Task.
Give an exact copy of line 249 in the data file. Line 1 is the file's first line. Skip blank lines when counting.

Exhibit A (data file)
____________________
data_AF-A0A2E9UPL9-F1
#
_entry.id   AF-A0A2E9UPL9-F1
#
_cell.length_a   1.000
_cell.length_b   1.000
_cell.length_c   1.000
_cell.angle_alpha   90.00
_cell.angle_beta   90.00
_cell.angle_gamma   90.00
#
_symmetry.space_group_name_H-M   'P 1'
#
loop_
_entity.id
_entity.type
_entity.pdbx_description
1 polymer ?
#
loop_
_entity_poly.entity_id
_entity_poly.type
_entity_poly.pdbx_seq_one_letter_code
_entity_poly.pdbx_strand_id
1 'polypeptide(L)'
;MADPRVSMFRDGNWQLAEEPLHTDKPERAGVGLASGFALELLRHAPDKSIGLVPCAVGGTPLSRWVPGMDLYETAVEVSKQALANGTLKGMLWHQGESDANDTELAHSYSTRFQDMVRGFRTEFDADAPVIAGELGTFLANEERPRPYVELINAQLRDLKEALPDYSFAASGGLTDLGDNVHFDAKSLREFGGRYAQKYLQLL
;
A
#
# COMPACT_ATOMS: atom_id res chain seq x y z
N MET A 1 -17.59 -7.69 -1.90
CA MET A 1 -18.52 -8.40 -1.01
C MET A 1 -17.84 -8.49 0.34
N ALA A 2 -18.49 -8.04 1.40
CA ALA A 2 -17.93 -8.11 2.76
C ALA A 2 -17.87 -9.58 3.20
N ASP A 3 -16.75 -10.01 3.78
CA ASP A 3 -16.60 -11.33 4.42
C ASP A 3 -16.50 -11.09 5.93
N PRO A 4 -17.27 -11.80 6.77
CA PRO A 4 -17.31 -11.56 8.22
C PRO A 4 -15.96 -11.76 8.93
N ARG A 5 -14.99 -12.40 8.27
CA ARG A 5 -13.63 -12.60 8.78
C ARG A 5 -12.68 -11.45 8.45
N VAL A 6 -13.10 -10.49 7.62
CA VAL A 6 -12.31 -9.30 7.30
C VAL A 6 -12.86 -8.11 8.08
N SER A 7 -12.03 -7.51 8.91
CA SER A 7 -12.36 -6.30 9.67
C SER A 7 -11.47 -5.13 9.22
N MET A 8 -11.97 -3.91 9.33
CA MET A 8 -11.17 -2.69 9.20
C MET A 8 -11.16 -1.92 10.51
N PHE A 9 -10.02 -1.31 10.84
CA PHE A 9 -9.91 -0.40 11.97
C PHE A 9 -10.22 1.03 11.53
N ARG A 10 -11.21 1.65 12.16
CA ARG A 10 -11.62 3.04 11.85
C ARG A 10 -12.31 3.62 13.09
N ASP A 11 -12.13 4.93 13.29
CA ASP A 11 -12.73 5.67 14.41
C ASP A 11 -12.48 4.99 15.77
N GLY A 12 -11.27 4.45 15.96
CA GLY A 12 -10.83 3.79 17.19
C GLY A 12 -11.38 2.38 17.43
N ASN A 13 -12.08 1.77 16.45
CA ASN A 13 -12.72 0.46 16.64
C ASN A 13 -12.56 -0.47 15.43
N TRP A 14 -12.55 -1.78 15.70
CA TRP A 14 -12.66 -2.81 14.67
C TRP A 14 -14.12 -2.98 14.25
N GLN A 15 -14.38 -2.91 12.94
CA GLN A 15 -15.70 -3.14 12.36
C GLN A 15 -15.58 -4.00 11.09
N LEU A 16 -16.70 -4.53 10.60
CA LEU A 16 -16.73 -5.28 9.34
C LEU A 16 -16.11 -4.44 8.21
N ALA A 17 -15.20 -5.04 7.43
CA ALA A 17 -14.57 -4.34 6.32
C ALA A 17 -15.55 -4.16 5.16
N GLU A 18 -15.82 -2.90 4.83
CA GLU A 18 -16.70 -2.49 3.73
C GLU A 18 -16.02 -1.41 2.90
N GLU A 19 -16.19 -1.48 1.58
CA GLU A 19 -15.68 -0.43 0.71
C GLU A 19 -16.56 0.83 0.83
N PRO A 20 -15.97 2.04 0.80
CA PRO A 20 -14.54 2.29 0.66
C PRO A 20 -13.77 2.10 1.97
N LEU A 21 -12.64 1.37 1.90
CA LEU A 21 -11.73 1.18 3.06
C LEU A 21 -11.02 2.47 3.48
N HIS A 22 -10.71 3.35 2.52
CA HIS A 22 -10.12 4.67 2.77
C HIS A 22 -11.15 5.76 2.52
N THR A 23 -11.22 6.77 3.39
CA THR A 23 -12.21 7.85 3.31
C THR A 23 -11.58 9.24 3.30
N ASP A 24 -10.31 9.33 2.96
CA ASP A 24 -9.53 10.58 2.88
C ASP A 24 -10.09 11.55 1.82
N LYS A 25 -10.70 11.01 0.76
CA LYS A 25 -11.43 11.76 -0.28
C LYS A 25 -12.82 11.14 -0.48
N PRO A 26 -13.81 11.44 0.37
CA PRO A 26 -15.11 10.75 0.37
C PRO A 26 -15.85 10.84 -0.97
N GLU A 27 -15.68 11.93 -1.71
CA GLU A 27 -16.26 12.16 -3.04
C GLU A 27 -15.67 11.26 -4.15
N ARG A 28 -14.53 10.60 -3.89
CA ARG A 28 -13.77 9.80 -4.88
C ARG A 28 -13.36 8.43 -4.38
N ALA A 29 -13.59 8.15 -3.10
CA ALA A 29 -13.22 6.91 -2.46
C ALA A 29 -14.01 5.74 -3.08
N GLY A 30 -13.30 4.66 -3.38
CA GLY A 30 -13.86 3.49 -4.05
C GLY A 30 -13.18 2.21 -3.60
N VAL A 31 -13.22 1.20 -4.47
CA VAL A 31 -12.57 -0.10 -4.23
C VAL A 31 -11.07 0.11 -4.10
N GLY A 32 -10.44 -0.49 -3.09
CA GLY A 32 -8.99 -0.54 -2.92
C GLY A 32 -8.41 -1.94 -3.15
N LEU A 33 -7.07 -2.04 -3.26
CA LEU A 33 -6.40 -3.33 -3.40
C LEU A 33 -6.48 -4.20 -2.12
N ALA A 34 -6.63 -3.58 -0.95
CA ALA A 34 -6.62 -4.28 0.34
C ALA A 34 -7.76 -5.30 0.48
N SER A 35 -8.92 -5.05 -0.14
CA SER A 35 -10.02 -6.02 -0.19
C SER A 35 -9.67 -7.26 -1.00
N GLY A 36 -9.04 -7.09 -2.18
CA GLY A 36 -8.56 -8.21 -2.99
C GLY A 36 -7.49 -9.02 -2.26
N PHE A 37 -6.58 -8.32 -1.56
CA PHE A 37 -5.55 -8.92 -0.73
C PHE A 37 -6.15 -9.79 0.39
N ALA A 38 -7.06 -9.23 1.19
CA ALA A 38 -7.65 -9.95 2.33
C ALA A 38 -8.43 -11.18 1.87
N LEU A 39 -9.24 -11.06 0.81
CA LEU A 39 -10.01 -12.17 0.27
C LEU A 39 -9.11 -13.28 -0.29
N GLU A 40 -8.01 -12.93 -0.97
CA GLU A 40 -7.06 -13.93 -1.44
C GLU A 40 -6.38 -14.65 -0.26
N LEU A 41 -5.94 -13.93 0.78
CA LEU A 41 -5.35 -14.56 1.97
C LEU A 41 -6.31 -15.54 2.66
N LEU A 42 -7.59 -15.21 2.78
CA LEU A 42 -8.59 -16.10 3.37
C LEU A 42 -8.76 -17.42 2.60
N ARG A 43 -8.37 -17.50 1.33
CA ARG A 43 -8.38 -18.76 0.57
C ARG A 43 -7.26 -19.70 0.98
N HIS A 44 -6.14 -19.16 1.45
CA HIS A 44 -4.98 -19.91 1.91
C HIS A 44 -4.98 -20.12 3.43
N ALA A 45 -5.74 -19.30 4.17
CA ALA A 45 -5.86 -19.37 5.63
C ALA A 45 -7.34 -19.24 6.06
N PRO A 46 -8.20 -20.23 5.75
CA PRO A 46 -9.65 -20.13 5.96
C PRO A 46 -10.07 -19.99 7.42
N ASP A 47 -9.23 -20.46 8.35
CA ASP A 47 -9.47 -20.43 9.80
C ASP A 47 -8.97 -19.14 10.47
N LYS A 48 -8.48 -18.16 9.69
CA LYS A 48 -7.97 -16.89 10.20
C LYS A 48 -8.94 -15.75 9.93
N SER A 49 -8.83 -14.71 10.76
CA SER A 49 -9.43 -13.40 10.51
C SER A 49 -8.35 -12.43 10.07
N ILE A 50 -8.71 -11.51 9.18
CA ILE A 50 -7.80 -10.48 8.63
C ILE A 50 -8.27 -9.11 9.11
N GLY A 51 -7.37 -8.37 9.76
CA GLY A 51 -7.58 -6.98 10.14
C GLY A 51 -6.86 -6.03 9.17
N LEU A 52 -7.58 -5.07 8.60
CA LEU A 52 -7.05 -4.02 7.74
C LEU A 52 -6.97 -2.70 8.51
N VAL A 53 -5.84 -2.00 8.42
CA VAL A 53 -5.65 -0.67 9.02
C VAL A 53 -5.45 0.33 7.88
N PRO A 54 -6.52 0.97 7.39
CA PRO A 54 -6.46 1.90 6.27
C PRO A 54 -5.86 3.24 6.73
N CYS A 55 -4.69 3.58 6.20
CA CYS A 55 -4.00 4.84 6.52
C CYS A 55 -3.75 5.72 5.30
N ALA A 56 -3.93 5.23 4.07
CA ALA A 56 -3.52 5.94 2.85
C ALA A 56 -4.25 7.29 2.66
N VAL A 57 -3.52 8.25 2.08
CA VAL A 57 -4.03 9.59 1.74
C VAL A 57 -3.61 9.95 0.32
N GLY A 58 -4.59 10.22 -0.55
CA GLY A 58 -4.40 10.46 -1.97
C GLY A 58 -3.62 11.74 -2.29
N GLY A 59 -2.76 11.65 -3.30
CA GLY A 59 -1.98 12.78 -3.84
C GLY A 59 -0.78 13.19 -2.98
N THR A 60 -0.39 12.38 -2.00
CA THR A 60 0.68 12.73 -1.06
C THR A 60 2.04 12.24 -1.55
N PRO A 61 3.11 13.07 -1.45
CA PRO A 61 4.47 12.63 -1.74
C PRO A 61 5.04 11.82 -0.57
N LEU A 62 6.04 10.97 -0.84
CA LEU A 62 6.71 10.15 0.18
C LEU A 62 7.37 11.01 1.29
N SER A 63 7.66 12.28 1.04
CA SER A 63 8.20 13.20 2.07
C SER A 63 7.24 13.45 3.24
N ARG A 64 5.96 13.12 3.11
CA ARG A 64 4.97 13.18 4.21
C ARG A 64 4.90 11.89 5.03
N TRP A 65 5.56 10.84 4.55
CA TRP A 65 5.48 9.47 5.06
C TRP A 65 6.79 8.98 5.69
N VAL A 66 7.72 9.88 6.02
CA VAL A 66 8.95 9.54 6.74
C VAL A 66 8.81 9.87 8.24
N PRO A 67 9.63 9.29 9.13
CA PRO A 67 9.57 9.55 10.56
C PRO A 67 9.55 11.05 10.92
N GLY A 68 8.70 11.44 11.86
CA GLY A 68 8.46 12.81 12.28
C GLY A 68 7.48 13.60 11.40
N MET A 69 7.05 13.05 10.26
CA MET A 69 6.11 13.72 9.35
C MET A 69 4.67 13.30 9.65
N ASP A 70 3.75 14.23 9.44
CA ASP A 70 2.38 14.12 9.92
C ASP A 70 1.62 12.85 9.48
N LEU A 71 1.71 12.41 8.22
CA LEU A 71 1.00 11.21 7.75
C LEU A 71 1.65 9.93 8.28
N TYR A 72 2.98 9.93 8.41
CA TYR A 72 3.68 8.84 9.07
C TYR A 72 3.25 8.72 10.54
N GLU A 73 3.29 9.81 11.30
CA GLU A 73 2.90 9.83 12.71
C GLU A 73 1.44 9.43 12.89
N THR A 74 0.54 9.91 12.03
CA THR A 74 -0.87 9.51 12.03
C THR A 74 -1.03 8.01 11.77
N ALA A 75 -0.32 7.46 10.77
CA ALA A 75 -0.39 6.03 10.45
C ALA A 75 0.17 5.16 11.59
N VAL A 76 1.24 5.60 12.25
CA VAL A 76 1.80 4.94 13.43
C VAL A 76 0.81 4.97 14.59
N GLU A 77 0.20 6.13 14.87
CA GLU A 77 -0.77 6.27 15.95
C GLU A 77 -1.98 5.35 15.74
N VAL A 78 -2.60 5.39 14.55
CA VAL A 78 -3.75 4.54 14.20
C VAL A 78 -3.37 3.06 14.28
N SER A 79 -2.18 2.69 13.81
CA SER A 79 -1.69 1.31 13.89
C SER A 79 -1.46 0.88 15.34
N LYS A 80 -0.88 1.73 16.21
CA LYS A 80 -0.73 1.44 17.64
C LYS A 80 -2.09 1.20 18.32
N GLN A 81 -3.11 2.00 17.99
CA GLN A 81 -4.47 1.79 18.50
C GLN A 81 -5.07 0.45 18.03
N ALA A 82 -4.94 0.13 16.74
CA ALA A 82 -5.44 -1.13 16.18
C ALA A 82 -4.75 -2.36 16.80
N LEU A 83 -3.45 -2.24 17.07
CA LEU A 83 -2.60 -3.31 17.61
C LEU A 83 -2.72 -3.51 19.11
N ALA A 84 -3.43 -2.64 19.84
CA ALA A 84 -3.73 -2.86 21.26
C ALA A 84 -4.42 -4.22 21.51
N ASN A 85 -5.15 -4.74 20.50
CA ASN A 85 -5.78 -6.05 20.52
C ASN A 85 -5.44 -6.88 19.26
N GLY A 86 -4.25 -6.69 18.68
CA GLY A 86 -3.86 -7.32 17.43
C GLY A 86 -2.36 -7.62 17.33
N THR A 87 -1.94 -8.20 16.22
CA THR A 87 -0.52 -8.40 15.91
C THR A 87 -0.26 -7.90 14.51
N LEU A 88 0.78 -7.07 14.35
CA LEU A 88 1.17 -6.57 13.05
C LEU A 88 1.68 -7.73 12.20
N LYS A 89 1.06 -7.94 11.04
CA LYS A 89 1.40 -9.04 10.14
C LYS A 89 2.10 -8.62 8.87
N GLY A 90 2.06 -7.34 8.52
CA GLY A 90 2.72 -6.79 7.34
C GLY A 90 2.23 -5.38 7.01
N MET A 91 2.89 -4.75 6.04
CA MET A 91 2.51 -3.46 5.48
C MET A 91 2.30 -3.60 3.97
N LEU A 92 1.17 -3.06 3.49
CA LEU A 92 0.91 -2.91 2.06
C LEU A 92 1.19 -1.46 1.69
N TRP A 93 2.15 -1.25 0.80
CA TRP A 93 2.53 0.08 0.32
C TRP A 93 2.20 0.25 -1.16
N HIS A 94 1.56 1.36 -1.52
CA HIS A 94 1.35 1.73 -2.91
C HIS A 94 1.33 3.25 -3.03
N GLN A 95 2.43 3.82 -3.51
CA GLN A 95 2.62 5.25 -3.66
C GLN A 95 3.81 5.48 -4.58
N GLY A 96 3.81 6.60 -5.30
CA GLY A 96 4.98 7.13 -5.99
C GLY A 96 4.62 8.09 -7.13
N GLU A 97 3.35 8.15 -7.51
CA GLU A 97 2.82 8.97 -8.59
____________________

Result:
C GLU A 73 1.44 9.43 12.89